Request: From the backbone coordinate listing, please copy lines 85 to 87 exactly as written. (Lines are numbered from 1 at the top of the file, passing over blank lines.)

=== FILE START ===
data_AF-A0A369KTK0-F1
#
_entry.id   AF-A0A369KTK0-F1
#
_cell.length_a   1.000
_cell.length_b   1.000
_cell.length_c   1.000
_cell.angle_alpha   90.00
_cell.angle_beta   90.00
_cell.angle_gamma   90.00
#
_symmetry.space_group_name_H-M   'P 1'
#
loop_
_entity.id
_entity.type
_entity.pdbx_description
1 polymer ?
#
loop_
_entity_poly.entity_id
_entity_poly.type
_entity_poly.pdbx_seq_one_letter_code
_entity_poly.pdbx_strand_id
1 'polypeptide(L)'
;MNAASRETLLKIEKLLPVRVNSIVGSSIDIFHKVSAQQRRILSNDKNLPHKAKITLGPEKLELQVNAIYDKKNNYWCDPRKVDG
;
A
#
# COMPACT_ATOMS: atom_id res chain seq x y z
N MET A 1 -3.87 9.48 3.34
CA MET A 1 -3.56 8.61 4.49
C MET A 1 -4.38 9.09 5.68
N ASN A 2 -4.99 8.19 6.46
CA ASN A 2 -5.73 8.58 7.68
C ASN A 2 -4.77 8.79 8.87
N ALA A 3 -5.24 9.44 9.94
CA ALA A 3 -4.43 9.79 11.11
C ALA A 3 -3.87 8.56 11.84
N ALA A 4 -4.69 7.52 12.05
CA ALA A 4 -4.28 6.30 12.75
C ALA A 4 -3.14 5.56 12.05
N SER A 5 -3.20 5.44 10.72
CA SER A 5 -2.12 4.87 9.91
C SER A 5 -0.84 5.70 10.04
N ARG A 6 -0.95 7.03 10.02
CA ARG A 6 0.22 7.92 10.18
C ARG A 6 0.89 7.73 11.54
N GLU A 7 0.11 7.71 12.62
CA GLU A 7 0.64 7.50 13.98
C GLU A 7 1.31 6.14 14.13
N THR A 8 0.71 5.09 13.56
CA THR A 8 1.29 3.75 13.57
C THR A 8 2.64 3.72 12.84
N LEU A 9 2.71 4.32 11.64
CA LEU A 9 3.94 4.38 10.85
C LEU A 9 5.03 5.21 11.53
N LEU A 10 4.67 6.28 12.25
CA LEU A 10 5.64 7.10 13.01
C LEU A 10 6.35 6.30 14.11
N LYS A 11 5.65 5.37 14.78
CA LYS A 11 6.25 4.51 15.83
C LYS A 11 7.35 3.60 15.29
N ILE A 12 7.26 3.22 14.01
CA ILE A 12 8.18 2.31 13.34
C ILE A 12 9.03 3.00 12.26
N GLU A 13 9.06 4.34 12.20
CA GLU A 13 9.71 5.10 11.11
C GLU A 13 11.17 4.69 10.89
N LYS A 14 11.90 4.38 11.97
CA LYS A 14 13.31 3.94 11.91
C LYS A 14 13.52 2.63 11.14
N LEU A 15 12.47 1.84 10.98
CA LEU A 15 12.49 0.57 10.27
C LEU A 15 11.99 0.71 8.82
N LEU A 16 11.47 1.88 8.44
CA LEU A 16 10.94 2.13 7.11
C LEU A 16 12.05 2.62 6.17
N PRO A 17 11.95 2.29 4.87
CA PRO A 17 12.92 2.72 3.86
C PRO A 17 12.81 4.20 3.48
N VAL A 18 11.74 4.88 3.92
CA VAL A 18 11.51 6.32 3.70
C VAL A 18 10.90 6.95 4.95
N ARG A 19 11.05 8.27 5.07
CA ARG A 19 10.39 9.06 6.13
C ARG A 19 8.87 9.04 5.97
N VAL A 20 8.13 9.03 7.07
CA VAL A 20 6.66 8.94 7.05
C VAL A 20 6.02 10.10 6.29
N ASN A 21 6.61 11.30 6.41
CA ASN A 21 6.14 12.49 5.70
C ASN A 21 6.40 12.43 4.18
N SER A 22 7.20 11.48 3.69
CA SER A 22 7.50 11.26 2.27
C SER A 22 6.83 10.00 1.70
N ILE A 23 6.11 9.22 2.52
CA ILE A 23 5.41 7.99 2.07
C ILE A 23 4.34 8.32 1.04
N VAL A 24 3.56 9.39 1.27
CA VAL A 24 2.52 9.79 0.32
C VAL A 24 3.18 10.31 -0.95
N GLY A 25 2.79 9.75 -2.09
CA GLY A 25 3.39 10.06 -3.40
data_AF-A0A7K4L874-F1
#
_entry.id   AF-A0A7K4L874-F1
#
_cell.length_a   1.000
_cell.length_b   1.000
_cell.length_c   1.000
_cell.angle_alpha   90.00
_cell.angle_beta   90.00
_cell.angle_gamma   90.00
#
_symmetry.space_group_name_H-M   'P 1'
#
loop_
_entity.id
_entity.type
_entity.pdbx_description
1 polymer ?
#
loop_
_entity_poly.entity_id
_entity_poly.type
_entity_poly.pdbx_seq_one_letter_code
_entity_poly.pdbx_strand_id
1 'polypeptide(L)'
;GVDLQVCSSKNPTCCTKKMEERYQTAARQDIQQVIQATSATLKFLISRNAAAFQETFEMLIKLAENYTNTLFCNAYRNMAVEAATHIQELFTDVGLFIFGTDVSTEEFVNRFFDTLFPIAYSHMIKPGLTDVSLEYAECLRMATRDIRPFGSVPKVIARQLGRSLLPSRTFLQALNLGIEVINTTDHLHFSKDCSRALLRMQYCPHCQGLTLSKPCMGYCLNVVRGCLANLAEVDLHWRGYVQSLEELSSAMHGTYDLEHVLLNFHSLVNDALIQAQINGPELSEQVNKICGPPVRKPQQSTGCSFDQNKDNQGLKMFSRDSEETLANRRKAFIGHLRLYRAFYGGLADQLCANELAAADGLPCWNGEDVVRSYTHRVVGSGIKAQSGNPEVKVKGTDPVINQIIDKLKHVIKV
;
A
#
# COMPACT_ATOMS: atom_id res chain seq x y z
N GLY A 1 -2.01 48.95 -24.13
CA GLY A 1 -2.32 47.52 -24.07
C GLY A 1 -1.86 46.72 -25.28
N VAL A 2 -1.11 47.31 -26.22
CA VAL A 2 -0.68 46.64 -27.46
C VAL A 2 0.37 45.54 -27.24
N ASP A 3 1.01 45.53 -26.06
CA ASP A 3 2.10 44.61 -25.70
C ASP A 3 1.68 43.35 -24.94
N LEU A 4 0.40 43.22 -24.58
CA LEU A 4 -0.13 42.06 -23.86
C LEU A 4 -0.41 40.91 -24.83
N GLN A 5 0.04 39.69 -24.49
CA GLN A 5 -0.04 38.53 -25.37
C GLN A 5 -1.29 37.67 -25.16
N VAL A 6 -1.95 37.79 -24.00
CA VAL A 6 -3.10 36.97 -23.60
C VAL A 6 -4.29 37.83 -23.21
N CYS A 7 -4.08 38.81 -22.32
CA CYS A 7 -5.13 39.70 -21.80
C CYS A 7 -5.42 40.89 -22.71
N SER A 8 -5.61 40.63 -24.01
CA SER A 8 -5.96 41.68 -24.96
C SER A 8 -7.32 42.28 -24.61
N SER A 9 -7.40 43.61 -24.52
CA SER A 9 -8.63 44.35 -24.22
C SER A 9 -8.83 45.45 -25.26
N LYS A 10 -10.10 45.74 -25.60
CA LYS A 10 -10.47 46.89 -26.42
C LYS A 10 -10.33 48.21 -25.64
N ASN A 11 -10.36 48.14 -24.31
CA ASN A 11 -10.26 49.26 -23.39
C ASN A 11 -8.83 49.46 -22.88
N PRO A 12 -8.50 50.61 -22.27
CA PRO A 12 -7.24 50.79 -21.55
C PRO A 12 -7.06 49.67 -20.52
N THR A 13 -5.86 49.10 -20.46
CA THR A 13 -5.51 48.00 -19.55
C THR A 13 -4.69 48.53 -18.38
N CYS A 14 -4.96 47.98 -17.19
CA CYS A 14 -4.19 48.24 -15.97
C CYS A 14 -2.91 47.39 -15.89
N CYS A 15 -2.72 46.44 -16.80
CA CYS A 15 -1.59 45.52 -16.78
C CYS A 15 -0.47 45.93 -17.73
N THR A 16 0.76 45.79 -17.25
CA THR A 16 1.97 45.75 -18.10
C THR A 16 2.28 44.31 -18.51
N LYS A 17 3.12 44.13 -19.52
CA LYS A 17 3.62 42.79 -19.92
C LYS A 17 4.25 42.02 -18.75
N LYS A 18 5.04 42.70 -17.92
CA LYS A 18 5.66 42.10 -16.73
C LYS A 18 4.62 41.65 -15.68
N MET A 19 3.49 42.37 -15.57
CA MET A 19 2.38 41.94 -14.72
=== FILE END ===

N ARG A 19 11.05 8.27 5.07
CA ARG A 19 10.39 9.06 6.13
C ARG A 19 8.87 9.04 5.97